Patient Zero | Movie Review

Agyness Deyn, Clive Standen, matt smith, movie, movie review, Natalie Dormer, Patient Zero, stanley tucci, zombies

I like to think of myself as a generous person. A kind and giving soul who does what he can for his fellow humans when possible. With that in mind, I have watched Patient Zero, and now you don’t have to. I’m sorry to be the one to have to tell you that this film was bad, but I feel like you need to know.

I really wanted to like Patient Zero, it had a great cast in Matt Smith, Natalie Dormer, and Stanley Tucci. The trailer was compelling and made it look like there might be some new things rolling around in the zombie apocalypse idea tank. Plus, Stanley Tucci plays the bad guy. At the end of it all, however, the movie was an unfortunate disappointment.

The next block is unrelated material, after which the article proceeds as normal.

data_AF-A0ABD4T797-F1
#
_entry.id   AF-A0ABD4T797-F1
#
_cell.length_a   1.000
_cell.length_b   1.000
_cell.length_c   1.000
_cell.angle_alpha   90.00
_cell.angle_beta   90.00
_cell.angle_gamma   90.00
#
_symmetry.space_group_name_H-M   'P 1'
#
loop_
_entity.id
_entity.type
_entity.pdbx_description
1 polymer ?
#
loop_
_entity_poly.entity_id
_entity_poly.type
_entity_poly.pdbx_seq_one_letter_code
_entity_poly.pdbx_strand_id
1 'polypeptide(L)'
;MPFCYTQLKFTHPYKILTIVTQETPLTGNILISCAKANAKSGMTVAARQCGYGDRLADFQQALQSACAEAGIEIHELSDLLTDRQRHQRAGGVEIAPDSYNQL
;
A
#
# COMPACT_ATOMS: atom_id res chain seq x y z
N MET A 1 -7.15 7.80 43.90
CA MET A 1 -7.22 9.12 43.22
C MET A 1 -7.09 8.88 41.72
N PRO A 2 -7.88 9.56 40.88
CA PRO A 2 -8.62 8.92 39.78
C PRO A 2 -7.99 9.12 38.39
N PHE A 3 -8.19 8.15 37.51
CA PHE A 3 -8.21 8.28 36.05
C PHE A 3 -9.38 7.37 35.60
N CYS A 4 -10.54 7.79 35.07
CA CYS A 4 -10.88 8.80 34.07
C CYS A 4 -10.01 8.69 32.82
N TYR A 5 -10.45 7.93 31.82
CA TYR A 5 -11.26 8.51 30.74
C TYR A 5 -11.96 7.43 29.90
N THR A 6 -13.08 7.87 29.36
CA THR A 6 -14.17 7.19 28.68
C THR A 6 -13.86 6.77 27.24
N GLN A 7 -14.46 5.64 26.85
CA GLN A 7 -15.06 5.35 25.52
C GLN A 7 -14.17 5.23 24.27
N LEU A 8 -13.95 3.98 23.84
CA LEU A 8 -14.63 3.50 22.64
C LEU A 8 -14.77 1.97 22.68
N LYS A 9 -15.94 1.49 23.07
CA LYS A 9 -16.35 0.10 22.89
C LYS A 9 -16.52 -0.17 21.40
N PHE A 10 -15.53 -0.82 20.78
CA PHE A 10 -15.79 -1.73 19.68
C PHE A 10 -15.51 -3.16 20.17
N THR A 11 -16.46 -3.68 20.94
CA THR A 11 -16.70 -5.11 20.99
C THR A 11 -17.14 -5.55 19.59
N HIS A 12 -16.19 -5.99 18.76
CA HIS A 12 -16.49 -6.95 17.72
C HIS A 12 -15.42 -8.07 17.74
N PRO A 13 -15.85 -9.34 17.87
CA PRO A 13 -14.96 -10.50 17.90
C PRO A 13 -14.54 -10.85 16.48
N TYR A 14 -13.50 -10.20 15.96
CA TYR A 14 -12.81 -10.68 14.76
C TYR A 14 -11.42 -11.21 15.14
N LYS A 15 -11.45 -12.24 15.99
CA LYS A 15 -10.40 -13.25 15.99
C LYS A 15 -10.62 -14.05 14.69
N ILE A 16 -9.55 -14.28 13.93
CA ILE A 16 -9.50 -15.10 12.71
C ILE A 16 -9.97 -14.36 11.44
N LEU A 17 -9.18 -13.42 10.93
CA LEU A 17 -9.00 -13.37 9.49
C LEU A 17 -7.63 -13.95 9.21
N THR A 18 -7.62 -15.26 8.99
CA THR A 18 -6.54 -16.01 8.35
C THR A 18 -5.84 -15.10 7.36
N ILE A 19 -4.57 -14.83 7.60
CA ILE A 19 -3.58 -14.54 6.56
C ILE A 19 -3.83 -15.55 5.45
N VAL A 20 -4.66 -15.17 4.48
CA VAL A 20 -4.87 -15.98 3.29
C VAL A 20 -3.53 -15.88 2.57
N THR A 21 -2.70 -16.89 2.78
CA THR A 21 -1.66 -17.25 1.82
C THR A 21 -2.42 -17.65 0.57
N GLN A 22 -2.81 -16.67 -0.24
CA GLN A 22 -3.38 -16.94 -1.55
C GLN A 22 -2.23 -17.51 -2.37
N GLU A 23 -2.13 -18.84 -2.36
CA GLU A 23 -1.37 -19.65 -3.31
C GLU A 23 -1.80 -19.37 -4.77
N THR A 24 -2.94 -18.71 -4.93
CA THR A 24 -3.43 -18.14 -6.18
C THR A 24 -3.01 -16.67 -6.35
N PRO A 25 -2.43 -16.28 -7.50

We begin with a voice-over telling the story of a mutation of the Rabies virus, as we are filled in on the state of the world and watch a time-lapse of the downfall of humanity as most of the planet becomes infected via this pandemic. Then we get to Morgan (Matt Smith), a man who has been bitten by an infected, but not turned. He can speak their language. He has their strengths, but none of their weaknesses… No, sorry, that’s Blade.